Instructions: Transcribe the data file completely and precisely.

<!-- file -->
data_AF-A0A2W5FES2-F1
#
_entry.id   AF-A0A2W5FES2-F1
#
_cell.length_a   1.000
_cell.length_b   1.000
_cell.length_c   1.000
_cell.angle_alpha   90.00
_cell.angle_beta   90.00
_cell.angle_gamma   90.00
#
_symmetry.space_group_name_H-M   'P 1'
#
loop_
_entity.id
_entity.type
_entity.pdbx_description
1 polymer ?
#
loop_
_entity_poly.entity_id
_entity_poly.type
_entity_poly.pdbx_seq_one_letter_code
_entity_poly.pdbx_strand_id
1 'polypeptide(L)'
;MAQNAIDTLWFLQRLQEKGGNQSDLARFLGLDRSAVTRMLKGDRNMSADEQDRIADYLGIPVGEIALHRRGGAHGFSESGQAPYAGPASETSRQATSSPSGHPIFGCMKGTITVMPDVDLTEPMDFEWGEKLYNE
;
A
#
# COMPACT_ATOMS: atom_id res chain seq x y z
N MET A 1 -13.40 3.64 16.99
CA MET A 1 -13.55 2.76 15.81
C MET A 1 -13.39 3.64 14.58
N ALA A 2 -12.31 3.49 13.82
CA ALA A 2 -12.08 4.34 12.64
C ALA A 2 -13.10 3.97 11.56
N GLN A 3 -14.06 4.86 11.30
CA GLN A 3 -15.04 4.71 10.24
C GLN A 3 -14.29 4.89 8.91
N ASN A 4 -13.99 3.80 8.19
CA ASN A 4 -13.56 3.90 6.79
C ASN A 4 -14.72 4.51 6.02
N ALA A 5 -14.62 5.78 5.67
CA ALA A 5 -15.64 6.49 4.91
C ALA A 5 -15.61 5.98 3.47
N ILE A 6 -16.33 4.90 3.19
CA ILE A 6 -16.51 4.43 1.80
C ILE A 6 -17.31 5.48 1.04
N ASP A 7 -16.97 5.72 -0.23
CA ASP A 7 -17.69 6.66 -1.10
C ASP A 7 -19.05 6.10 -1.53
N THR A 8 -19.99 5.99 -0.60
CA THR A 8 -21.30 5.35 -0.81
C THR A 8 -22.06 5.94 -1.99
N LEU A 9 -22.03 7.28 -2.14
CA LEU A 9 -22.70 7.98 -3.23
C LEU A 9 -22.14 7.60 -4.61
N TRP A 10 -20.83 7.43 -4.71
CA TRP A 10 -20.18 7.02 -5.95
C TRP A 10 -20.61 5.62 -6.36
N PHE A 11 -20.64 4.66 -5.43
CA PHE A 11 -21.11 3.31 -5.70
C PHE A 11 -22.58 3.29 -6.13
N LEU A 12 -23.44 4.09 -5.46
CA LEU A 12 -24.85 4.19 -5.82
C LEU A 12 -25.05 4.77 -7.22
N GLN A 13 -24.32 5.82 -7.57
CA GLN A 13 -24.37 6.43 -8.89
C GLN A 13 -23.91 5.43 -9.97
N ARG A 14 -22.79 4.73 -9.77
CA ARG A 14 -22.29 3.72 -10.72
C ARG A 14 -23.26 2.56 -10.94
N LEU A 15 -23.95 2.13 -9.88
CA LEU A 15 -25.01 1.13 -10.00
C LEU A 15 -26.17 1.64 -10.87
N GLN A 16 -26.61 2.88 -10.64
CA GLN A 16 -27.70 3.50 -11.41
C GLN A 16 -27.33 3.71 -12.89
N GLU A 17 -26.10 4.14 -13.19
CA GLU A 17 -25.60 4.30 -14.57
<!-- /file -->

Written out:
data_AF-A0A2W5FES2-F1
#
_entry.id   AF-A0A2W5FES2-F1
#
_cell.length_a   1.000
_cell.length_b   1.000
_cell.length_c   1.000
_cell.angle_alpha   90.00
_cell.angle_beta   90.00
_cell.angle_gamma   90.00
#
_symmetry.space_group_name_H-M   'P 1'
#
loop_
_entity.id
_entity.type
_entity.pdbx_description
1 polymer ?
#
loop_
_entity_poly.entity_id
_entity_poly.type
_entity_poly.pdbx_seq_one_letter_code
_entity_poly.pdbx_strand_id
1 'polypeptide(L)'
;MAQNAIDTLWFLQRLQEKGGNQSDLARFLGLDRSAVTRMLKGDRNMSADEQDRIADYLGIPVGEIALHRRGGAHGFSESGQAPYAGPASETSRQATSSPSGHPIFGCMKGTITVMPDVDLTEPMDFEWGEKLYNE
;
A
#
# COMPACT_ATOMS: atom_id res chain seq x y z
N MET A 1 -13.40 3.64 16.99
CA MET A 1 -13.55 2.76 15.81
C MET A 1 -13.39 3.64 14.58
N ALA A 2 -12.31 3.49 13.82
CA ALA A 2 -12.08 4.34 12.64
C ALA A 2 -13.10 3.97 11.56
N GLN A 3 -14.06 4.86 11.30
CA GLN A 3 -15.04 4.71 10.24
C GLN A 3 -14.29 4.89 8.91
N ASN A 4 -13.99 3.80 8.19
CA ASN A 4 -13.56 3.90 6.79
C ASN A 4 -14.72 4.51 6.02
N ALA A 5 -14.62 5.78 5.67
CA ALA A 5 -15.64 6.49 4.91
C ALA A 5 -15.61 5.98 3.47
N ILE A 6 -16.33 4.90 3.19
CA ILE A 6 -16.51 4.43 1.80
C ILE A 6 -17.31 5.48 1.04
N ASP A 7 -16.97 5.72 -0.23
CA ASP A 7 -17.69 6.66 -1.10
C ASP A 7 -19.05 6.10 -1.53
N THR A 8 -19.99 5.99 -0.60
CA THR A 8 -21.30 5.35 -0.81
C THR A 8 -22.06 5.94 -1.99
N LEU A 9 -22.03 7.28 -2.14
CA LEU A 9 -22.70 7.98 -3.23
C LEU A 9 -22.14 7.60 -4.61
N TRP A 10 -20.83 7.43 -4.71
CA TRP A 10 -20.18 7.02 -5.95
C TRP A 10 -20.61 5.62 -6.36
N PHE A 11 -20.64 4.66 -5.43
CA PHE A 11 -21.11 3.31 -5.70
C PHE A 11 -22.58 3.29 -6.13
N LEU A 12 -23.44 4.09 -5.46
CA LEU A 12 -24.85 4.19 -5.82
C LEU A 12 -25.05 4.77 -7.22
N GLN A 13 -24.32 5.82 -7.57
CA GLN A 13 -24.37 6.43 -8.89
C GLN A 13 -23.91 5.43 -9.97
N ARG A 14 -22.79 4.73 -9.77
CA ARG A 14 -22.29 3.72 -10.72
C ARG A 14 -23.26 2.56 -10.94
N LEU A 15 -23.95 2.13 -9.88
CA LEU A 15 -25.01 1.13 -10.00
C LEU A 15 -26.17 1.64 -10.87
N GLN A 16 -26.61 2.88 -10.64
CA GLN A 16 -27.70 3.50 -11.41
C GLN A 16 -27.33 3.71 -12.89
N GLU A 17 -26.10 4.14 -13.19
CA GLU A 17 -25.60 4.30 -14.57